Route: spelling and pronunciation [and IPA vs. Orthographic respellings]
Mark A Mandel
mam at THEWORLD.COM
Tue Jul 2 14:59:07 UTC 2002
On Sun, 30 Jun 2002, Thomas Paikeday wrote:
#TOM PAIKEDAY (pointing to the spelling of his name, the first syllable
#of which is not good orthography, but I didn't do it! Anyone who cares
#please say PYE- not PAY-).
Well, I seem to have deleted the exchange in which someone pointed out
that PYE- could be the beginning of "Pierre", and Tom replied, iirc,
that "Pierre" is not an English word, so I have to go by memory. This
"system" of respelling, then, is apparently only useable for native and
nativized words of American English, for some value of "nativized". How
is the naive user to determine the boundary? Or is this method intended
to be used actively only by experts, and only passively by others, such
as users of a dictionary? How *would* you represent the pronunciations
of "Pierre" and other words that combine AEng phonemes but transgress
AEng phonotactics? Or are they simply excluded from consideration?
I had to face a very similar issue in constructing representations of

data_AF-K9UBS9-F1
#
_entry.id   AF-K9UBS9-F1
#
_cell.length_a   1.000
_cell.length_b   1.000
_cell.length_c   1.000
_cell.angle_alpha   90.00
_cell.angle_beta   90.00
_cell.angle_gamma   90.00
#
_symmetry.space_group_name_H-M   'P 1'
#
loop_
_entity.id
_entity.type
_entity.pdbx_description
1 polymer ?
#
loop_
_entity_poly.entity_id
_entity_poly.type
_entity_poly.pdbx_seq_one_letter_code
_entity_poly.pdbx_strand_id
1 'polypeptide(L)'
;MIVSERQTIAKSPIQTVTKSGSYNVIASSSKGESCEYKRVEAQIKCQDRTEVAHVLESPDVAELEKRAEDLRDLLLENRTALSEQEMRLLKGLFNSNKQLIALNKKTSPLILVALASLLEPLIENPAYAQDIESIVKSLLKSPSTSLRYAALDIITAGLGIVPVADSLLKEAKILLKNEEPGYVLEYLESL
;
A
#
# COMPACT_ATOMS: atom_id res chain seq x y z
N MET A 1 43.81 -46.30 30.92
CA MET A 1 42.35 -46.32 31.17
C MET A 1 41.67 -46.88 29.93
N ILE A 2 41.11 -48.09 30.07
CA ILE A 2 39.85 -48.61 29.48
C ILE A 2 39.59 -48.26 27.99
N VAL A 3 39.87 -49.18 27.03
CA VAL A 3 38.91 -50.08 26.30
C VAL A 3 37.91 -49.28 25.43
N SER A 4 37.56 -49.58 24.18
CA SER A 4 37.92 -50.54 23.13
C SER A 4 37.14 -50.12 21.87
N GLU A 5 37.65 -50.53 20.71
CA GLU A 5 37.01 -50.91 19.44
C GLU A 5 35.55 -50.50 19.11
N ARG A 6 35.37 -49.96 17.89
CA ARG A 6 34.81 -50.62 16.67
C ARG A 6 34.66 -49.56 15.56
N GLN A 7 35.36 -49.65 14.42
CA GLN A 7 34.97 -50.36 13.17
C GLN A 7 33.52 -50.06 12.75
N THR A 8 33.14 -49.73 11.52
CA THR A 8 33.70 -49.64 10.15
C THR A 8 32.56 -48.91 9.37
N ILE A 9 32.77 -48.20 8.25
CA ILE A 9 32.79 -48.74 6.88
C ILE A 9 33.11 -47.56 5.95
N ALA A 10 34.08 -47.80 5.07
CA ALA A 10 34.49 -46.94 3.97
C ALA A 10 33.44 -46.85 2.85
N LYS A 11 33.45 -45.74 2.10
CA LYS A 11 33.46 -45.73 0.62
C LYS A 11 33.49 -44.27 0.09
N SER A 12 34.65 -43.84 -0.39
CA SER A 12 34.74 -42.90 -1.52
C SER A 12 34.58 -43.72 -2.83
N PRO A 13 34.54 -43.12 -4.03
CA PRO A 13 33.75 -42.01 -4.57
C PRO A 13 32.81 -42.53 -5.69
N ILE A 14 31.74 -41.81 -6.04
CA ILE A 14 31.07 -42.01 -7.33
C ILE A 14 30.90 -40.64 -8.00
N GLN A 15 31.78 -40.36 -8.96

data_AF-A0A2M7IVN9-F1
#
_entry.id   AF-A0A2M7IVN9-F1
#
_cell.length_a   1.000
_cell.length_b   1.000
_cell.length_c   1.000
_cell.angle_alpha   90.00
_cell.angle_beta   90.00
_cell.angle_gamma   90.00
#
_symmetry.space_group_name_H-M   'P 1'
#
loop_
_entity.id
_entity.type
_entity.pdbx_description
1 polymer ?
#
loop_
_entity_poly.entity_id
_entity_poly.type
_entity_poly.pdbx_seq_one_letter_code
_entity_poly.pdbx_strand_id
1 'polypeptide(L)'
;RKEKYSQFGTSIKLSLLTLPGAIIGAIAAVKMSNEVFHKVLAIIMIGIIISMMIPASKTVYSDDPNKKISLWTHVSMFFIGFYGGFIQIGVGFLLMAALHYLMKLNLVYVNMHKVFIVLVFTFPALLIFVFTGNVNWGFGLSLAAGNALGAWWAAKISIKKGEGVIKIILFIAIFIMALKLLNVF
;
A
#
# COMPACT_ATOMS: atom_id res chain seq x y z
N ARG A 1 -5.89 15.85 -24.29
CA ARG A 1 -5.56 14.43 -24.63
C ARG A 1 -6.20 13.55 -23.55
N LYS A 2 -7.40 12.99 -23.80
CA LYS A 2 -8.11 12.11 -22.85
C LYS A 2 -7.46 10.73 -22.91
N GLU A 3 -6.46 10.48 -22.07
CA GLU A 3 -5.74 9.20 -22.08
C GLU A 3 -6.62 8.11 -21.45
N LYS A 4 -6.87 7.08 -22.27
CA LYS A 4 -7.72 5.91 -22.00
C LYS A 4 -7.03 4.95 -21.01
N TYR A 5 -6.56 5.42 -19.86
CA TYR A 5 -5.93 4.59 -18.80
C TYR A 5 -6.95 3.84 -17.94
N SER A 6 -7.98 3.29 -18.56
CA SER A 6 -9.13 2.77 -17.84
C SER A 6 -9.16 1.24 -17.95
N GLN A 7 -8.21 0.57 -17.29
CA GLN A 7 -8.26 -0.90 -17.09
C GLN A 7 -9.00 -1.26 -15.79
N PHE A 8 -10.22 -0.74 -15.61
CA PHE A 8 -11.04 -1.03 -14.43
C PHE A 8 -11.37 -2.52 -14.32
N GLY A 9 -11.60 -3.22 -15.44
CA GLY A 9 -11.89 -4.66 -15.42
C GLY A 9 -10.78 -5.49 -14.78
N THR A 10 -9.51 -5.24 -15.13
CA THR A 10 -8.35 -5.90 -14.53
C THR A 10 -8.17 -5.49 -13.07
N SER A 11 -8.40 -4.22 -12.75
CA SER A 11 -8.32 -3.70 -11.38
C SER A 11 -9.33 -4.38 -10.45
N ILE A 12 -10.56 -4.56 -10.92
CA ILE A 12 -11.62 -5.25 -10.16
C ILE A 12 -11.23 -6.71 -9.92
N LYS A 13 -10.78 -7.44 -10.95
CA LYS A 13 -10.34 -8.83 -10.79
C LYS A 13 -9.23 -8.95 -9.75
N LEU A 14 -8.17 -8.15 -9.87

pronunciations at Dragon Systems. A senior scientist kept insisting that
there had to be some way of spelling each phoneme distinctly and
transparently to the naive user, answering each of my counterexamples
simply by shaking his head and repeating, "There's GOT to be a way."
There isn't: SOME learning is required, e.g., OOH for [u:] (the "oo" of
"mood" to you, Tom, or the "ui" of "suit") vs. OO for [U] (the "oo" of
"foot"). And it's especially impossible (imho) if you don't allow the
option, as we did, of separating multi-letter phoneme symbols with
spaces or hyphens: that's where the ambiguity of "PYE" arises.
Come to think of it, how do you respell "suit" and "foot"?
BTW, did you ever answer my other question, about dialectal
neutralizations such as which/witch and cot/caught?
-- Mark A. Mandel
Linguist at Large
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